Sunday, May 30, 2010

No good news. What Obama should do.

Although the vacation was enjoyable and needed, the news from the Gulf haunted me in the Maine countryside and things have gotten worse. In spite of my general cynicism about the competency of large corporations, I had somehow hoped that at least the engineers at BP had an effective plan up their sleeves to stop the horrible oil leak.

But no: The company has no real experience or practice in dealing with this kind of problem. They simply assumed that such an explosion and leak would either never happen, or that the containment apparatus would deal with it effectively. In fact, they had never tested the device at these depths, and had never practiced dealing with such an emergency. This did not prevent them from telling regulators that they were prepared for everything. The regulators, long-time enablers of corporate mal- and non-feasance, did nothing regulatory -- either under Bush or under Obama. Of course, it's not just Big Oil. No Big-anything gets regulated these days, from Big Banks to Big Pharma to Big Salt.

Just a few months ago the President was telling us how smart the execs from Goldman-Sachs were. Then he told us that we needed more drilling for oil. No mention of regulation from either him or Ken Salazar.

Obama is in a slightly ticklish situation. If he lets BP continue to have exclusive rights to dealing with the leak, then he gets criticized for kowtowing to the company nearly universally held responsible for the leak. On the other hand, if he takes over and "nationalizes" the site, then he owns the problem and has to come up with a solution. Still, this is the kind of situation in which a real leader has to make a decision and actually lead. As we've seen, sometimes Obama has to be given a kick in the pants to do this. It's an ugly situation but he's in it and he has to fish or cut bait.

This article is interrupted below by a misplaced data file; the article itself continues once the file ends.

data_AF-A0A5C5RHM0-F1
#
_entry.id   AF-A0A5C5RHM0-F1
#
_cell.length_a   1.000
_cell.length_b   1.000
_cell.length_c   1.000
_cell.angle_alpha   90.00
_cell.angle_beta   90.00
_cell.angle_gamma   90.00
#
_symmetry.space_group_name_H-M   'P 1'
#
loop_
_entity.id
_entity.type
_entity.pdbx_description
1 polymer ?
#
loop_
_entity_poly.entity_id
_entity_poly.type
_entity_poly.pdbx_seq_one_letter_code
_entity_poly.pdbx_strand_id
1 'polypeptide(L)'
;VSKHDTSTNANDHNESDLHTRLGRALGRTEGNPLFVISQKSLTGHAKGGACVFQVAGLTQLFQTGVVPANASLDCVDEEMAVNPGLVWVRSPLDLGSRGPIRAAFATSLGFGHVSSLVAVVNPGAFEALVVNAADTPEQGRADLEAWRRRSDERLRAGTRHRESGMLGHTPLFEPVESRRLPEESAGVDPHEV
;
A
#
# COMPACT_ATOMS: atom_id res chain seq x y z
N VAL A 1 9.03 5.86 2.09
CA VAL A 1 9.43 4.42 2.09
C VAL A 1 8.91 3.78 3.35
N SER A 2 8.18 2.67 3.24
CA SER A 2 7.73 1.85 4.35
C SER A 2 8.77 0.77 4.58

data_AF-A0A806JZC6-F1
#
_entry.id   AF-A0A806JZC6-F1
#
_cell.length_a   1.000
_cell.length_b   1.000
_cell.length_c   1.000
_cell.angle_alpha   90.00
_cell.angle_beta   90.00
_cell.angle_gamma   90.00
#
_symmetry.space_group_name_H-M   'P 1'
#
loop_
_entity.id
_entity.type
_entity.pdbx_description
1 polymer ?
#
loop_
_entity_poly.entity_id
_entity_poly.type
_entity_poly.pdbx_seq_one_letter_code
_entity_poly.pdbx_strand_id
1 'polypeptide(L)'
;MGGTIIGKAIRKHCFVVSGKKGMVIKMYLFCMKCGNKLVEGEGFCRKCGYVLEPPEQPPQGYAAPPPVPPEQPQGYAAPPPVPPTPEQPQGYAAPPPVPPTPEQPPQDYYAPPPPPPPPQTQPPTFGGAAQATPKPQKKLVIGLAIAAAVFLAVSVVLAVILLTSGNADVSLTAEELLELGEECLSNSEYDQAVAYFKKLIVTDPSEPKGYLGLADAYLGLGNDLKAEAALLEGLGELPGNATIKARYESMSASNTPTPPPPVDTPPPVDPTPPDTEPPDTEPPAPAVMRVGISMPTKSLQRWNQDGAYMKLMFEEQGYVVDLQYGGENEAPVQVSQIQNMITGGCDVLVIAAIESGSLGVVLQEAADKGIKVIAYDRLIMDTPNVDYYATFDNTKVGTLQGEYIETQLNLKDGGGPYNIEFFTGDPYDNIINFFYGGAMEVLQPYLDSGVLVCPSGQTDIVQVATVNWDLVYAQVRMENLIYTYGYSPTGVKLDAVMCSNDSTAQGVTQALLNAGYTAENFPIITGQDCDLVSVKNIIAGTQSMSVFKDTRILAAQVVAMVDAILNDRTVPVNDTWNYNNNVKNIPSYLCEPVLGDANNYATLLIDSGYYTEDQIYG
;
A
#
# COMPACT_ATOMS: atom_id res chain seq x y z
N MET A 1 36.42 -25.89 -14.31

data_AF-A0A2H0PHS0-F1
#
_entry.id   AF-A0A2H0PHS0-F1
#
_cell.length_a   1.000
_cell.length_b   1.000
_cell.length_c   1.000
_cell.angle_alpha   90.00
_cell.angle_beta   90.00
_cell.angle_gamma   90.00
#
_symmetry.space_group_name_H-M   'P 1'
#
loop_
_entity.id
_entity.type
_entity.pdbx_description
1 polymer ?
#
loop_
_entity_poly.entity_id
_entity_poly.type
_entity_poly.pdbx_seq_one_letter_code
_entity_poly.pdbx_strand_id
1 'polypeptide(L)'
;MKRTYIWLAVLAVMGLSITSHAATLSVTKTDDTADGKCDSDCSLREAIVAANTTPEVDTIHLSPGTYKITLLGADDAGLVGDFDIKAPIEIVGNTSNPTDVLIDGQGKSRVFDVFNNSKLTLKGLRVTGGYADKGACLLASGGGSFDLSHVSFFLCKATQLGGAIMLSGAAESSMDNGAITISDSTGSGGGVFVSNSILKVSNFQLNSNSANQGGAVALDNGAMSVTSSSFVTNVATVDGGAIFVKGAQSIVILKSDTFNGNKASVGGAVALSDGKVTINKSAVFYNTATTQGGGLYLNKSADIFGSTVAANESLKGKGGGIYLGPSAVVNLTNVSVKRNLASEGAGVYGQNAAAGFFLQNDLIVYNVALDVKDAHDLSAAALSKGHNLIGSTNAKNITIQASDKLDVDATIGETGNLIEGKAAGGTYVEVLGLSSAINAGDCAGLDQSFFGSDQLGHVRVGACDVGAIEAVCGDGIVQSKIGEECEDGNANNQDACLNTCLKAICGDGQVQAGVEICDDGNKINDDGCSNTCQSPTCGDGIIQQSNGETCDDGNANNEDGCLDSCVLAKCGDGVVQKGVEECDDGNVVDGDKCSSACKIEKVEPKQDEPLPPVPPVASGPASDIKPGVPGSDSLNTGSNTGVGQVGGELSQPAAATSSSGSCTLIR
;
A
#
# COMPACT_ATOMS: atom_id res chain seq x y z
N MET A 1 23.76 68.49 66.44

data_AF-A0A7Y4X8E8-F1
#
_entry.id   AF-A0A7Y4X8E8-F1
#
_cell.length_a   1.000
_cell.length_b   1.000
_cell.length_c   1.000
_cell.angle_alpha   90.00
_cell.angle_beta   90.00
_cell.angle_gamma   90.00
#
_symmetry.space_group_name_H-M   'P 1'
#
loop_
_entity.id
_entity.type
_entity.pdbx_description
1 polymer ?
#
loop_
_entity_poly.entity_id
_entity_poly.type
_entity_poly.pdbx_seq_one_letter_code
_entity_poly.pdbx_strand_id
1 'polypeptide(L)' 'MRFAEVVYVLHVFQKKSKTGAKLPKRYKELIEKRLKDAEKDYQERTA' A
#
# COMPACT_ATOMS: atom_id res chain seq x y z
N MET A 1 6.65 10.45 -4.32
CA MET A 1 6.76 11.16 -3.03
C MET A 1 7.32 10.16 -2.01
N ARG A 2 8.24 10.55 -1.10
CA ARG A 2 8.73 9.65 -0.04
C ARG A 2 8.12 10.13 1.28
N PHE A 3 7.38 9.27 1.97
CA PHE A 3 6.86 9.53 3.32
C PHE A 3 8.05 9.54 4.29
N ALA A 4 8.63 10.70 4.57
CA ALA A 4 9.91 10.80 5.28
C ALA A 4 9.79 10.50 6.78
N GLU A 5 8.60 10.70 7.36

The President should declare this a national emergency and summon experts , academic and industrial, from around the country -- hydraulic engineers, ocean scientists etc. -- to meet in Louisiana to brainstorm a solution. We need people with technical savvy -- and specifically, not executives -- to come up with a way to plug this leak without waiting for August when BP will drill a "side" well to relieve the pressure on this broken one and, of course, preserve their oil. BP should forfeit any rights to this oil and to the site itself.

Finally, Ken Salazar should resign and the President should replace him with someone more committed to strong regulation, and someone with absolutely no ties to Big Oil or Agribusiness.

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